In the work world, one way or another, everyone has to eat what they kill.
Strip away the hunting metaphor, and what that really means is that you have to be productive in order to be valued.
There’s a saying in self-help that “if you want to be liked, you have to be likeable.”
The corollary to that which I’ve used in sales training for years is, “If you want your work to be appreciated, get results that are worth appreciating.”
Put more simply, and I’ve said this many times to salespeople, “If you want more money, sell more.”
Some years ago I had a tough conversation with someone who didn’t understand that.
They felt that their annual income of $45,000 (approximately) wasn’t fair.
When I asked them to expand on why they felt that way, they responded that in the past year they had brought in $300,000 in new business to the company.
That’s where I said “I have to stop you right there.”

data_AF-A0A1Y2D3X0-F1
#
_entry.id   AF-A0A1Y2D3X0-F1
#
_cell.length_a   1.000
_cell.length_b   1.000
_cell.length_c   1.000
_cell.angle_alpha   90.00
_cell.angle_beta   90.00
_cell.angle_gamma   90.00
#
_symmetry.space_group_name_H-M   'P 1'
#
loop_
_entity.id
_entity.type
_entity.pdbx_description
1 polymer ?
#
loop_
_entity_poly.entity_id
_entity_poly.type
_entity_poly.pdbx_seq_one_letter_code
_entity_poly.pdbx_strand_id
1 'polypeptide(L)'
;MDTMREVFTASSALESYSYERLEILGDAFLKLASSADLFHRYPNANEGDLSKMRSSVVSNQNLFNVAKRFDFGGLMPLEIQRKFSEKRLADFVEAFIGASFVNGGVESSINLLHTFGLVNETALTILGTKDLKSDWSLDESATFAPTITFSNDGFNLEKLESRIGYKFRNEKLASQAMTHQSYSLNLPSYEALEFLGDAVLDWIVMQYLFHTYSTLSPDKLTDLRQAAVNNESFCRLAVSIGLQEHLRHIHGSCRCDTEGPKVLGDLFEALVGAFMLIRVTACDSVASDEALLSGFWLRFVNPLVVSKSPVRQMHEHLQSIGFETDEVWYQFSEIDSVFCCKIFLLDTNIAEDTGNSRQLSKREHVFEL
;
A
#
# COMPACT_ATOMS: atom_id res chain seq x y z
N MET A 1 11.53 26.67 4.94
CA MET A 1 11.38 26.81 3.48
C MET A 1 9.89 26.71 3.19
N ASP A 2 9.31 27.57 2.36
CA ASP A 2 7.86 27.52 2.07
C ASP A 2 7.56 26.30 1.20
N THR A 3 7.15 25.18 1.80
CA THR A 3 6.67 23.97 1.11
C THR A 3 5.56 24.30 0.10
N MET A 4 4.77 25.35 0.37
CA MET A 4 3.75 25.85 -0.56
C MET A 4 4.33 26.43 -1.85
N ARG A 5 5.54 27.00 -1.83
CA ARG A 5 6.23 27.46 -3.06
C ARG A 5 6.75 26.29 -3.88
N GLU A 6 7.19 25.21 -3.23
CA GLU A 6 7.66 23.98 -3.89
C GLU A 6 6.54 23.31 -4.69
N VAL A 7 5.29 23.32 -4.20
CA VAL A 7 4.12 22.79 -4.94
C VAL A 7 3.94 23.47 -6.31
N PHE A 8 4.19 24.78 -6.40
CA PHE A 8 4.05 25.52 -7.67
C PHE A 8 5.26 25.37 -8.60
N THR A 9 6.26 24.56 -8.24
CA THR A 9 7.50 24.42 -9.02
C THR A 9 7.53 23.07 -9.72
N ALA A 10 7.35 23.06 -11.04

In business channels that deal directly with end-users, the demarcation line between being a decent salesman and a poor one is sales of a million dollars a year.
In most B2B channels that demarcation starts at multiples of a million, or even tens of millions.
Let’s assume that the business the person I was speaking with runs at a margin of 25%. 25% of $300,000 is $75,000. Let’s further assume that the commission paid on that is 20% of gross margin. 20% of $75,000 is $15,000.
Now let’s be extra-charitable and assume that instead of being commissioned on gross profit pay was based on total sales. A 5% commission would still be $15,000. And a business with 25% margins is certainly not going to pay any more than that.
I’m sorry, but unless your business is selling gumballs door to door, one gumball at a time, an individual sales total of $300,000 in one year is simply unacceptable.
It doesn’t matter if you’re selling furniture, appliances, electronics, cars, or whole-home AV systems. No spin in the world will make tnat look great.
I said all that, more or less, and I had to point out that, contrary to their beliefs, they were in fact grossly overpaid.
The lesson for professionals is simple: set higher standards for yourself, and go out and achieve them.